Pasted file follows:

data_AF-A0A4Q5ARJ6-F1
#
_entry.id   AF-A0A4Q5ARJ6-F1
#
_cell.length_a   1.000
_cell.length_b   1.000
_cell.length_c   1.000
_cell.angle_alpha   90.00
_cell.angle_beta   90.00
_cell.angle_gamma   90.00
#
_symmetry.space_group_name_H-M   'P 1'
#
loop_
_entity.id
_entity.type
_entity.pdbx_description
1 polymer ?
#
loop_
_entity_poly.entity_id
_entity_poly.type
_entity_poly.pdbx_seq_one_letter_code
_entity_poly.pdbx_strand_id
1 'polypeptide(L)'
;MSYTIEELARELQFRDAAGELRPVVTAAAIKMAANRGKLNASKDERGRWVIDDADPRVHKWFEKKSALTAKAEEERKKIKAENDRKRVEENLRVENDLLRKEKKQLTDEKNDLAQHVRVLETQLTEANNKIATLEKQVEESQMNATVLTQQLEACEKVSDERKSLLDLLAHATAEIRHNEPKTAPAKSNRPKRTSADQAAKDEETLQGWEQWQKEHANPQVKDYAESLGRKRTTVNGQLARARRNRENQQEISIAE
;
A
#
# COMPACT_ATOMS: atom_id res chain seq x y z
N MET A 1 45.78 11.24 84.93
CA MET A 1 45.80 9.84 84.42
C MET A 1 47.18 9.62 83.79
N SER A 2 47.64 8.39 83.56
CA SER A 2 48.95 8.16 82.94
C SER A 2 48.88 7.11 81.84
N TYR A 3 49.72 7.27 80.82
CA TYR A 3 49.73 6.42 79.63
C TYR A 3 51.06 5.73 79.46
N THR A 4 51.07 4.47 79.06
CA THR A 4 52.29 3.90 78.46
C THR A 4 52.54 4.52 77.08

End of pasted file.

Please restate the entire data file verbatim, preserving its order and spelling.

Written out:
data_AF-A0A4Q5ARJ6-F1
#
_entry.id   AF-A0A4Q5ARJ6-F1
#
_cell.length_a   1.000
_cell.length_b   1.000
_cell.length_c   1.000
_cell.angle_alpha   90.00
_cell.angle_beta   90.00
_cell.angle_gamma   90.00
#
_symmetry.space_group_name_H-M   'P 1'
#
loop_
_entity.id
_entity.type
_entity.pdbx_description
1 polymer ?
#
loop_
_entity_poly.entity_id
_entity_poly.type
_entity_poly.pdbx_seq_one_letter_code
_entity_poly.pdbx_strand_id
1 'polypeptide(L)'
;MSYTIEELARELQFRDAAGELRPVVTAAAIKMAANRGKLNASKDERGRWVIDDADPRVHKWFEKKSALTAKAEEERKKIKAENDRKRVEENLRVENDLLRKEKKQLTDEKNDLAQHVRVLETQLTEANNKIATLEKQVEESQMNATVLTQQLEACEKVSDERKSLLDLLAHATAEIRHNEPKTAPAKSNRPKRTSADQAAKDEETLQGWEQWQKEHANPQVKDYAESLGRKRTTVNGQLARARRNRENQQEISIAE
;
A
#
# COMPACT_ATOMS: atom_id res chain seq x y z
N MET A 1 45.78 11.24 84.93
CA MET A 1 45.80 9.84 84.42
C MET A 1 47.18 9.62 83.79
N SER A 2 47.64 8.39 83.56
CA SER A 2 48.95 8.16 82.94
C SER A 2 48.88 7.11 81.84
N TYR A 3 49.72 7.27 80.82
CA TYR A 3 49.73 6.42 79.63
C TYR A 3 51.06 5.73 79.46
N THR A 4 51.07 4.47 79.06
CA THR A 4 52.29 3.90 78.46
C THR A 4 52.54 4.52 77.08